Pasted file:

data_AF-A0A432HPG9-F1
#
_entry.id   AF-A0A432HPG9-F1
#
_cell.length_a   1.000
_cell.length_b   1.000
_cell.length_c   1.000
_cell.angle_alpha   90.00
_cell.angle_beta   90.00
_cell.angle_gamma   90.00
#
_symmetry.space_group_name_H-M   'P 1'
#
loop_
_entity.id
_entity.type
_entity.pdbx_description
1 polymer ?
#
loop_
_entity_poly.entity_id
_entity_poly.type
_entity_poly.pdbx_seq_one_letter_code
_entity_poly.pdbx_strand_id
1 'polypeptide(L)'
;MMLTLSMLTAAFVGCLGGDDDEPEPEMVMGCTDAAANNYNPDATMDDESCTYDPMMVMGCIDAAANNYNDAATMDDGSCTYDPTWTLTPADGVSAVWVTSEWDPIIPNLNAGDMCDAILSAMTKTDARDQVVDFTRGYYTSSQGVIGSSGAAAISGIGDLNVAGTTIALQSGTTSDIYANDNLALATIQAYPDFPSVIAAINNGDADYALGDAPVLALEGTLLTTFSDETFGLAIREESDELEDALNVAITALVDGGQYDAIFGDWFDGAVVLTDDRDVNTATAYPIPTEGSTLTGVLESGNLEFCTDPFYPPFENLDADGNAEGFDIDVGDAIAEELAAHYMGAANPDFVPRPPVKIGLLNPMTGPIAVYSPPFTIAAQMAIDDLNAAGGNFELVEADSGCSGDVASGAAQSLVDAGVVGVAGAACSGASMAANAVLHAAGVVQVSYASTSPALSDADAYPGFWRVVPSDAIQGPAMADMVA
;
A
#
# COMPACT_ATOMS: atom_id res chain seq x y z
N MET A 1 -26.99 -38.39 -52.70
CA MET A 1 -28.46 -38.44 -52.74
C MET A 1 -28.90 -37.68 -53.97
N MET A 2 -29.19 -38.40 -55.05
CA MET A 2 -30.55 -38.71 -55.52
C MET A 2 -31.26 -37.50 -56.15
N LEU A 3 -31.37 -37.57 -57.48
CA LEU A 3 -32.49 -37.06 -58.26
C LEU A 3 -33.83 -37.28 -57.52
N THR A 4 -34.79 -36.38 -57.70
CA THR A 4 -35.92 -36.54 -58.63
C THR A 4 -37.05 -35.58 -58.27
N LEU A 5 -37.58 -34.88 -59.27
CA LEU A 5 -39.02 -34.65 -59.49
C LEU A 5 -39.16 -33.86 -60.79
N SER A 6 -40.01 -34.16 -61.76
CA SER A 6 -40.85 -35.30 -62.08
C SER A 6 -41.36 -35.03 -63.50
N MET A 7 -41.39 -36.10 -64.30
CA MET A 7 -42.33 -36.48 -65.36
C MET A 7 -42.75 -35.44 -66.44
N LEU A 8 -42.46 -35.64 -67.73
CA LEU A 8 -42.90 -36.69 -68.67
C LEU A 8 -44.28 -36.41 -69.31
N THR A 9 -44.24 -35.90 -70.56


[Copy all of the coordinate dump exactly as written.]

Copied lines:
data_AF-A0A432HPG9-F1
#
_entry.id   AF-A0A432HPG9-F1
#
_cell.length_a   1.000
_cell.length_b   1.000
_cell.length_c   1.000
_cell.angle_alpha   90.00
_cell.angle_beta   90.00
_cell.angle_gamma   90.00
#
_symmetry.space_group_name_H-M   'P 1'
#
loop_
_entity.id
_entity.type
_entity.pdbx_description
1 polymer ?
#
loop_
_entity_poly.entity_id
_entity_poly.type
_entity_poly.pdbx_seq_one_letter_code
_entity_poly.pdbx_strand_id
1 'polypeptide(L)'
;MMLTLSMLTAAFVGCLGGDDDEPEPEMVMGCTDAAANNYNPDATMDDESCTYDPMMVMGCIDAAANNYNDAATMDDGSCTYDPTWTLTPADGVSAVWVTSEWDPIIPNLNAGDMCDAILSAMTKTDARDQVVDFTRGYYTSSQGVIGSSGAAAISGIGDLNVAGTTIALQSGTTSDIYANDNLALATIQAYPDFPSVIAAINNGDADYALGDAPVLALEGTLLTTFSDETFGLAIREESDELEDALNVAITALVDGGQYDAIFGDWFDGAVVLTDDRDVNTATAYPIPTEGSTLTGVLESGNLEFCTDPFYPPFENLDADGNAEGFDIDVGDAIAEELAAHYMGAANPDFVPRPPVKIGLLNPMTGPIAVYSPPFTIAAQMAIDDLNAAGGNFELVEADSGCSGDVASGAAQSLVDAGVVGVAGAACSGASMAANAVLHAAGVVQVSYASTSPALSDADAYPGFWRVVPSDAIQGPAMADMVA
;
A
#
# COMPACT_ATOMS: atom_id res chain seq x y z
N MET A 1 -26.99 -38.39 -52.70
CA MET A 1 -28.46 -38.44 -52.74
C MET A 1 -28.90 -37.68 -53.97
N MET A 2 -29.19 -38.40 -55.05
CA MET A 2 -30.55 -38.71 -55.52
C MET A 2 -31.26 -37.50 -56.15
N LEU A 3 -31.37 -37.57 -57.48
CA LEU A 3 -32.49 -37.06 -58.26
C LEU A 3 -33.83 -37.28 -57.52
N THR A 4 -34.79 -36.38 -57.70
CA THR A 4 -35.92 -36.54 -58.63
C THR A 4 -37.05 -35.58 -58.27
N LEU A 5 -37.58 -34.88 -59.27
CA LEU A 5 -39.02 -34.65 -59.49
C LEU A 5 -39.16 -33.86 -60.79
N SER A 6 -40.01 -34.16 -61.76
CA SER A 6 -40.85 -35.30 -62.08
C SER A 6 -41.36 -35.03 -63.50
N MET A 7 -41.39 -36.10 -64.30
CA MET A 7 -42.33 -36.48 -65.36
C MET A 7 -42.75 -35.44 -66.44
N LEU A 8 -42.46 -35.64 -67.73
CA LEU A 8 -42.90 -36.69 -68.67
C LEU A 8 -44.28 -36.41 -69.31
N THR A 9 -44.24 -35.90 -70.56